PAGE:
From Korea to Canada: Han Kang’s craft beer journey

Han Kang (front, centre) and members of Team Beerlionaire at Playground Brewery in Go-yang, South Korea. Contributed photo

One of the things about my job that I love is listening to people tell me about how they discovered and fell in love with craft beer. I recently got an email from South Korean student Han Kang, who is currently visiting Canada to learn more about the craft beer industry here as part of his university program. I love Han’s story, and I think you will, too: he is genuinely passionate about beer and he provides an interesting outside perspective on our plucky little beer scene.

Anyways, here’s Han’s story, I hope you enjoy it.

–Rob Mangelsdorf, editor



Han Kang at the Great Korean Beer Festival. Contributed photo

My craft beer journey began before I entered mandatory military service. I went on a trip to Europe alone and happened to taste beer that I had not been exposed to in Korea. Not only the various flavours of the ingredients and the delicate flavours of the yeast, but also the way they enjoyed beer was very impressive.

That’s how I got into beer and I learned about beer by reading Randy Mosher’s Tasting Beer inside the guard fence.

After I was discharged from the military, I worked at a bottle shop and began to homebrew, in order to develop an understanding of beer.

As I got more experience, I started to share my beer with my classmates at university. Last summer, I convinced four of my classmates to form Team Beerlionaire with me, so we could spread the appeal of craft beer in Korea through food pairing and promotion. Our university selected Team Beerlionaire to take part in a program to travel overseas and explore the craft beer industry.

Our theme was called “Value Overflows the Beer Pint.” The main idea was to propose cooperation among different colleges in Korea through the medium of beer, as part of our business administration major. We wanted to manufacture a granola bar out of beer byproduct at a food science college, while planning, marketing and distributing would be done at our business administration college. Simply put, we wanted to see how the local community and beer could interact positively.

Although these ideas might not seem very fresh for highly developed Canadian beer readers, it was a hot topic enough to attract judges in Korea, where craft beer is rapidly developing, yet still lacking in interest and related skills.

Teem Beerlionaire’s project proposal. Contributed photo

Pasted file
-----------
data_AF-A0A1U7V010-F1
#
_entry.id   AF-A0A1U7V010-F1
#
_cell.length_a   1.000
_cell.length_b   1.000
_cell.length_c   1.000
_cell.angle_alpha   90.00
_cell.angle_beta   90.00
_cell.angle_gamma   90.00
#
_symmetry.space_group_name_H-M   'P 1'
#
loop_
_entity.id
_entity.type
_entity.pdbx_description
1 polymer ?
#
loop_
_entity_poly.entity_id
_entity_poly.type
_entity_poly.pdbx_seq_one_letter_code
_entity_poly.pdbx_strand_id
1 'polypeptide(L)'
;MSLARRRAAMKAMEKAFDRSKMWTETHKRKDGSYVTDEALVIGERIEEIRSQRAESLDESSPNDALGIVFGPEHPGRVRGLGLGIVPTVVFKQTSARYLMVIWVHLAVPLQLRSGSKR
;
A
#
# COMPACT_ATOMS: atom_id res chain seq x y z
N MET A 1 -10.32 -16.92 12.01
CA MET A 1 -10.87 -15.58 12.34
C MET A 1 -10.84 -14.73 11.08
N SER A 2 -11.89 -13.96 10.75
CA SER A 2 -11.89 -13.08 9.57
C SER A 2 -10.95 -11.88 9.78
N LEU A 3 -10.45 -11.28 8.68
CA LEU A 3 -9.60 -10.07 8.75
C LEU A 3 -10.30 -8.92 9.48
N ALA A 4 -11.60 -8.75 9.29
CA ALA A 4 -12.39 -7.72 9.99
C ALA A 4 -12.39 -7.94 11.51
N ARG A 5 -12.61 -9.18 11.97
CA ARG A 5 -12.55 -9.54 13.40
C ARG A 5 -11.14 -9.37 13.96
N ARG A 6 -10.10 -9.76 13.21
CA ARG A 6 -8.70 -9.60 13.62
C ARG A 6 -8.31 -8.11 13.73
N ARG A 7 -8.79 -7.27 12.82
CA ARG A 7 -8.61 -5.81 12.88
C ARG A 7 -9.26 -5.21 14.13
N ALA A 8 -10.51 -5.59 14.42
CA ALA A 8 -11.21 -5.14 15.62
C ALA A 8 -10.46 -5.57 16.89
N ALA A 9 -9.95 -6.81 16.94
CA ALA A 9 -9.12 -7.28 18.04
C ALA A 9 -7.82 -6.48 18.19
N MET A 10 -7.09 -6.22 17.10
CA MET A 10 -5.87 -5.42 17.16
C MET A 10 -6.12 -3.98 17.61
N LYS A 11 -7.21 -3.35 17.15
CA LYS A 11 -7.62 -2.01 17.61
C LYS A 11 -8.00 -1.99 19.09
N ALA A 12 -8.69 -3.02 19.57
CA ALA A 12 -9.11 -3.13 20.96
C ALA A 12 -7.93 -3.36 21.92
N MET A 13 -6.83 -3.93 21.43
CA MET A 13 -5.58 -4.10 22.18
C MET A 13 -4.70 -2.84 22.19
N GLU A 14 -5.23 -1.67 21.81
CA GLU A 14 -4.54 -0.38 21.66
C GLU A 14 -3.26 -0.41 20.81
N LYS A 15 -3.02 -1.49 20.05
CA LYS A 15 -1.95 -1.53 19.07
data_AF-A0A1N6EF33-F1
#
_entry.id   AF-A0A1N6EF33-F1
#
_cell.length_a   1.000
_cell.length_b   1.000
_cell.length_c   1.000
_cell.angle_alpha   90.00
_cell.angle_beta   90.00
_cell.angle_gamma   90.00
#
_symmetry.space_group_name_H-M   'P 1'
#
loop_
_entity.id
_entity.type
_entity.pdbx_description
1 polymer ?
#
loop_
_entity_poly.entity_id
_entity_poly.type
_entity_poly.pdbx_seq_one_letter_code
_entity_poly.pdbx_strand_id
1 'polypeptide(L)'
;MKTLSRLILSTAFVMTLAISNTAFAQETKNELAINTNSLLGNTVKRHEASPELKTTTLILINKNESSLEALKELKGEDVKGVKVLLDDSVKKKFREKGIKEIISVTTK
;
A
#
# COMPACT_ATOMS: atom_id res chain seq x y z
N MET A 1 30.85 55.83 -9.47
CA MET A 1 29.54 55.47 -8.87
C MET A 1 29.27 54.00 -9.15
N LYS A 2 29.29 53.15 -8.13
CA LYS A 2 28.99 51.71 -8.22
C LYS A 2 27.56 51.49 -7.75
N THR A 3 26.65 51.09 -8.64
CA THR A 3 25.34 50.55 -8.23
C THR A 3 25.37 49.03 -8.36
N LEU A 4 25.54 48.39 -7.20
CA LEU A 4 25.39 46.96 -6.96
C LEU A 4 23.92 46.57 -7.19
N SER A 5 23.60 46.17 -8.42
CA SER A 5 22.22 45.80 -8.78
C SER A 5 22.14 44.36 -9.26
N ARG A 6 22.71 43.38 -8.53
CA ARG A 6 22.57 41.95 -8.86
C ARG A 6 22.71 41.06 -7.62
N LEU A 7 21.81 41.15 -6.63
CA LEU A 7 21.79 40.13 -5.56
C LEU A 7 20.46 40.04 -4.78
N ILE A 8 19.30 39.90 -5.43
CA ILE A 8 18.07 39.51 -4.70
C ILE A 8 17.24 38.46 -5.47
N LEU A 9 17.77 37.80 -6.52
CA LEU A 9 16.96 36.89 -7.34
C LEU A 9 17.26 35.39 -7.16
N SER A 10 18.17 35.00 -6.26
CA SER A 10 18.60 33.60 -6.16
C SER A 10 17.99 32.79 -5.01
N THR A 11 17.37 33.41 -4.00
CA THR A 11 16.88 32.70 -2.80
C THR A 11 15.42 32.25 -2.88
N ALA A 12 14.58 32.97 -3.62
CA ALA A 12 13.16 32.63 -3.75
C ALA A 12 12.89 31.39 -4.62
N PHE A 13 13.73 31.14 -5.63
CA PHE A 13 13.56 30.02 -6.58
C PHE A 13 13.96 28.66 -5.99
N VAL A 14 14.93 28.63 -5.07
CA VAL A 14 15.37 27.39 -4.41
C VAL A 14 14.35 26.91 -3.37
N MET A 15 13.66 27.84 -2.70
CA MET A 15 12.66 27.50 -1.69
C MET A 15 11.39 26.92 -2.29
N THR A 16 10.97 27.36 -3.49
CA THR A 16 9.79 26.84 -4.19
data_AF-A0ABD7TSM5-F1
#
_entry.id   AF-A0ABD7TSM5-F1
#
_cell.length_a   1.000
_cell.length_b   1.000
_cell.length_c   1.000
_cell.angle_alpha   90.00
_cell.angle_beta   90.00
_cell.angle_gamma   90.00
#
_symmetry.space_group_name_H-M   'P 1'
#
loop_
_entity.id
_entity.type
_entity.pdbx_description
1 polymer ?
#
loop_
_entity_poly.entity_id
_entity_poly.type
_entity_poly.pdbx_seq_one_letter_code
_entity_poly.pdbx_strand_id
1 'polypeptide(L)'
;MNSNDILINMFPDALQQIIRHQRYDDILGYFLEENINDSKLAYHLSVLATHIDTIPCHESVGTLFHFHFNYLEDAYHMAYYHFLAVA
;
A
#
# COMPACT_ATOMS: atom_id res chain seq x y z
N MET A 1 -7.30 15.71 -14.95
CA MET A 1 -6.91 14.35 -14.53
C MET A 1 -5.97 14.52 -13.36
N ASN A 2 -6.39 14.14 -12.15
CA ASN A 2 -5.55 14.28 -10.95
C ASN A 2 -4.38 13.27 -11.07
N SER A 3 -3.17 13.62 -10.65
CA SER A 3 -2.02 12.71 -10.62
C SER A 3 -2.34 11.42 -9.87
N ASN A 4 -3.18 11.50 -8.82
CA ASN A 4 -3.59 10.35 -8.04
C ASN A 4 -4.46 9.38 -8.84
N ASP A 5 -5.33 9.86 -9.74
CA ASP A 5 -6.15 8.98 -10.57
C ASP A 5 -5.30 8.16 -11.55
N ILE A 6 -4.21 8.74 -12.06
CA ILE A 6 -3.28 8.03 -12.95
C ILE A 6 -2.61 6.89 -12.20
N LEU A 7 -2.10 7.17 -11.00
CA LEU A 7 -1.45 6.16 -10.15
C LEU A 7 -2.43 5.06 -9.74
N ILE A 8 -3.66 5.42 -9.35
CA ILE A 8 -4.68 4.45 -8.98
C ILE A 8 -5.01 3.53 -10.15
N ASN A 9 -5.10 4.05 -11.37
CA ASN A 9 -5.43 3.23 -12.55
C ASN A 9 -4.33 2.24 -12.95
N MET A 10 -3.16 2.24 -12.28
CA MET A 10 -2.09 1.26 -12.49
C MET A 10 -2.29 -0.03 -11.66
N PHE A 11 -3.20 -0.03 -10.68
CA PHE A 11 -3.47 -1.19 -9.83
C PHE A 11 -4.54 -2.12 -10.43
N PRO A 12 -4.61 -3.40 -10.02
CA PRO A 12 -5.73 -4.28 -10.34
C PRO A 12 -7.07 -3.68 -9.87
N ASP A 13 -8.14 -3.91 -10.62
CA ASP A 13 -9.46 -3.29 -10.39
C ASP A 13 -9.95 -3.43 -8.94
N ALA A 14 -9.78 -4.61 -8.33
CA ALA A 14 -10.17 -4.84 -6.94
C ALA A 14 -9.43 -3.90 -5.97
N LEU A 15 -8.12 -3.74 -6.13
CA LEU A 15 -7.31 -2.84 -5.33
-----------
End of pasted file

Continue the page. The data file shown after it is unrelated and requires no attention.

All of the team, of course, wanted to leave for North America, the holy place of craft beer, and we arrived in Portland last July.

As we slowly worked our way north to Vancouver, all of the team was excited. In fact, our team’s most interesting subject was exploring how local communities and beer interact, so we were waiting for the day to arrive in Vancouver the most.

Vancouver is well known for its natural environment and abundant food ingredients, so I wondered what the beer and food pairing would look like.

However, due to unexpected circumstances, all team members except me returned to Korea and I crossed the Canadian border alone.

When I arrived in Vancouver, it was a great despair to me that I could not buy liquor at convenience stores or markets.

For students who use public transportation, there was no time and too much distance to visit all of B.C.’s breweries. However, this problem was resolved as soon as I visited the liquor store’s beer section. I was able to get relatively distant breweries from around the province at the liquor store in Surrey. I was very satisfied that I could not only drink year-round beer, but also seasonal beer.

Coasters from the breweries Han Kang and Team Beerlionaire collected while in North America. Contributed photo

Moreover, every restaurant also had a quality beer selection and the food pairings were perfect. I even went to see a Vancouver Giants hockey game, and the arena was equipped with a Trading Post tap.

While I was in Canada, beer went deeper into my daily life.

I have been to more than 100 breweries since last July and the most satisfying breweries were in B.C.: breweries with a well-paired food menu to support the beer lineup, such as Yaletown, Hearthstone and Postmark Brewery; breweries that have their own unique identity, such as Andina, Electric Bicycle and Storm Brewing; breweries with their own sustainability activities, such as Green Leaf and Dogwood Brewing.

Because of these factors, breweries can serve as a healthy centre for the local community. In other words, good beer exerted its good influence on the local community.

During the past six months, I have visited numerous breweries in BC to learn about the taste, aroma and good influence of beer. At the same time, I felt so much at home in Canada, especially B.C.

From now on, I want to introduce craft beer to Korea, not only for the many various flavours, but also so it can have a positive influence on the community.

–Han Kang

You may also like